ABSTRACT: Use of Bone Morphogenetic Protein (BMP) as an adjunct to spinal fusion surgery proliferated following Food and Drug Administration (FDA) approval in 2002. Major safety concerns emerged in 2008. To examine whether published concerns about the safety of BMP altered clinical practice. Analysis of the National Inpatient Sample from 2002 through 2012. Adults (age >20) undergoing an elective fusion operation for common degenerative diagnoses, identified using codes from the International Classification of Diseases, 9(th)revisions, Clinical Modification (ICD-9-CM). Proportion of cervical and lumbar fusion operations, over time, that involved BMP. We aggregated the data into a monthly time series and reported the proportion of cervical and lumbar fusion operations, over time, that involved BMP. Auto Regressive Integrated Moving Average, a regression model for time series data, was used to test whether there was a statistically significant change in the overall rate of BMP use following a FDA Public Health Notification in 2008. The study was funded by federal research grants, and no investigator had any conflict of interests. Use of BMP in spinal fusion procedures increased rapidly until 2008, involving up to 45.2% of lumbar and 13.5% of cervical fusions. BMP use significantly decreased following the 2008 FDA Public Health Notification and revelations of financial payments to surgeons involved in the pivotal FDA approval trials. For lumbar fusion, the average annual increase was 7.9 percentage points per year from 2002 to 2008, followed by an average annual decrease of 11.7 percentage points thereafter (p = <0.001). Use of BMP in cervical fusion increased 2.0% per year until the FDA Notification, followed by a 2.8% per year decrease (p = 0.035). Use of BMP in spinal fusion surgery declined subsequent to published safety concerns and revelations of financial conflicts-of-interest for investigators involved in the pivotal clinical trials. Copyright © 2014 Elsevier Inc. All rights reserved.
    The spine journal: official journal of the North American Spine Society 12/2014; 15(4). DOI:10.1016/j.spinee.2014.12.010 · 2.43 Impact Factor
  • Source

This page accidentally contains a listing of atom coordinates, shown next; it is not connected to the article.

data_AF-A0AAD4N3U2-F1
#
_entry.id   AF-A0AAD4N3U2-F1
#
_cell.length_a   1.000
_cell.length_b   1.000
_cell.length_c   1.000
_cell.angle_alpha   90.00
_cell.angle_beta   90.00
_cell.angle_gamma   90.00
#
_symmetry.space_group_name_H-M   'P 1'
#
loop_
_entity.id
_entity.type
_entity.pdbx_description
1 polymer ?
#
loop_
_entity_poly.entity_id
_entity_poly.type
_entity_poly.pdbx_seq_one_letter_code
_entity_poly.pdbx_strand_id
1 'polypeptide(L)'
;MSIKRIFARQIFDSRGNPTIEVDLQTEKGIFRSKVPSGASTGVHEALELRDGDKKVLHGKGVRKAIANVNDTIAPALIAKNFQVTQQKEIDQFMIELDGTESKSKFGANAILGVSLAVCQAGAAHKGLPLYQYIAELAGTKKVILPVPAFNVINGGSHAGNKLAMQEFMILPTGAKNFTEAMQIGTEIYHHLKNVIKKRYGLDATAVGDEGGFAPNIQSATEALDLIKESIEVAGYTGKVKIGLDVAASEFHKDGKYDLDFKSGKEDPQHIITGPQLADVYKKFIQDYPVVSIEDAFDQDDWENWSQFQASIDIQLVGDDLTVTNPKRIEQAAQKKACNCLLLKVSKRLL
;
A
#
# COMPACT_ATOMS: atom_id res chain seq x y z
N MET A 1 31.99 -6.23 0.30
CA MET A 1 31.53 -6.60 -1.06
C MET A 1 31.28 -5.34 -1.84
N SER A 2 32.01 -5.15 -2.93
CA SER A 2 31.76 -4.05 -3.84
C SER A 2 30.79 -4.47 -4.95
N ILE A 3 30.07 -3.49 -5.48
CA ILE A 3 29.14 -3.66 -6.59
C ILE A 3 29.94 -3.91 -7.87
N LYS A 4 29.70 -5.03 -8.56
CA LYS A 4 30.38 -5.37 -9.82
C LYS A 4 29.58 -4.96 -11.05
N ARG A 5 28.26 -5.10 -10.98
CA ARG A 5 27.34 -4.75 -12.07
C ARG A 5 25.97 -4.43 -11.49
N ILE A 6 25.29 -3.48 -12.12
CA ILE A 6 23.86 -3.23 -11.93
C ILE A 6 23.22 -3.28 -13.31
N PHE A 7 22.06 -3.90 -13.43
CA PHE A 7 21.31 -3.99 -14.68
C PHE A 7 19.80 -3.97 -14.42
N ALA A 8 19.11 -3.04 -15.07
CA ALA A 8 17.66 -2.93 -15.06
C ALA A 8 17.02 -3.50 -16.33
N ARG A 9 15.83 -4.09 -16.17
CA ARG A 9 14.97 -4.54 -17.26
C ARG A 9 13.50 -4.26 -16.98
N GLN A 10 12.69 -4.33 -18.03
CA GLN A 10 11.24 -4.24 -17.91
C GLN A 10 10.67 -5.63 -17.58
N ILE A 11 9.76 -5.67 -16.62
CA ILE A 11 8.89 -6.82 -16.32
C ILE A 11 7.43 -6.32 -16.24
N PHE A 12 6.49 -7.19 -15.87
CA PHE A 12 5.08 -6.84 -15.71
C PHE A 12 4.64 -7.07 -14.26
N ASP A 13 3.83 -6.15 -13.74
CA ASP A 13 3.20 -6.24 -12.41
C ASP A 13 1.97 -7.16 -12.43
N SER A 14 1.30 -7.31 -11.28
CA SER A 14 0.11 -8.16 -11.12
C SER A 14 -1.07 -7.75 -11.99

• "More recently, BMP-2 has demonstrated to be effective at lower in vivo doses (verbal communication, Medtronic). The potential off-label risks of BMP-2 have been documented in the literature and include: ectopic bone formation [26], swelling/hematoma [27], neoplasia [28], and wound problems; [29] this should be taken into consideration when using these therapies off-label. As basic science researchers, translational scientists and surgeons further understand the temporospatial orchestration of growth factor/cytokines during fracture healing, more precise delivery, timing and dosing of these factors could be delivered to these defects. "
    [Show abstract] [Hide abstract]
    ABSTRACT: Reconstruction of critical-size bony defects remains a challenge to surgeons despite recent technological advances. Current treatments include distraction osteogenesis, cancellous autograft, induced membranes (Masquelet procedure), polymeric membranes, and titanium-mesh cages filled with bone graft. In this article, the authors presents two cases in which critical-sized defects were reconstructed using a meshed fascial autograft encasing reamer-irrigator-aspirator (RIA) autograft and cancellous allograft. This article will discuss the clinical outcomes of the technique, comparison to other current techniques, and technical insight into the potential biological mechanism.
    Patient Safety in Surgery 12/2014; 8(1):40. DOI:10.1186/s13037-014-0040-7
Show more